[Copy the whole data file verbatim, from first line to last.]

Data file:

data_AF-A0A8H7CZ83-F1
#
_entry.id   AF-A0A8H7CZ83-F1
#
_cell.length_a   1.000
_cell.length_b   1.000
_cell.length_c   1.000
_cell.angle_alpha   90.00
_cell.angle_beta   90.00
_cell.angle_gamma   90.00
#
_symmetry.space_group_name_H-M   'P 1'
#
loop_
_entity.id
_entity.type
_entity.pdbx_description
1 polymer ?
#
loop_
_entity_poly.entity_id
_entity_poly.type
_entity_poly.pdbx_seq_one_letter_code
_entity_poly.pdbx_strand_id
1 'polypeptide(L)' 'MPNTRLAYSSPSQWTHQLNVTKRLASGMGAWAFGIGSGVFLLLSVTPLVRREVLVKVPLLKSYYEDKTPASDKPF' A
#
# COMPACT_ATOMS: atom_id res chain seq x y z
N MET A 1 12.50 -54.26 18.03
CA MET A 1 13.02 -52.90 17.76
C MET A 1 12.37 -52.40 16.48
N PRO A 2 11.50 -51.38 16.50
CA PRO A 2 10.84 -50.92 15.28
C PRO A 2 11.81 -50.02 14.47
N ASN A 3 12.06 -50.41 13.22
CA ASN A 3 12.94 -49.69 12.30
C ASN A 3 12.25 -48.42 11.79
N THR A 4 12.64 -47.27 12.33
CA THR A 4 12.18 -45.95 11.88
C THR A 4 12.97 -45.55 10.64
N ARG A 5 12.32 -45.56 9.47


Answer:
data_AF-A0A8H7CZ83-F1
#
_entry.id   AF-A0A8H7CZ83-F1
#
_cell.length_a   1.000
_cell.length_b   1.000
_cell.length_c   1.000
_cell.angle_alpha   90.00
_cell.angle_beta   90.00
_cell.angle_gamma   90.00
#
_symmetry.space_group_name_H-M   'P 1'
#
loop_
_entity.id
_entity.type
_entity.pdbx_description
1 polymer ?
#
loop_
_entity_poly.entity_id
_entity_poly.type
_entity_poly.pdbx_seq_one_letter_code
_entity_poly.pdbx_strand_id
1 'polypeptide(L)' 'MPNTRLAYSSPSQWTHQLNVTKRLASGMGAWAFGIGSGVFLLLSVTPLVRREVLVKVPLLKSYYEDKTPASDKPF' A
#
# COMPACT_ATOMS: atom_id res chain seq x y z
N MET A 1 12.50 -54.26 18.03
CA MET A 1 13.02 -52.90 17.76
C MET A 1 12.37 -52.40 16.48
N PRO A 2 11.50 -51.38 16.50
CA PRO A 2 10.84 -50.92 15.28
C PRO A 2 11.81 -50.02 14.47
N ASN A 3 12.06 -50.41 13.22
CA ASN A 3 12.94 -49.69 12.30
C ASN A 3 12.25 -48.42 11.79
N THR A 4 12.64 -47.27 12.33
CA THR A 4 12.18 -45.95 11.88
C THR A 4 12.97 -45.55 10.64
N ARG A 5 12.32 -45.56 9.47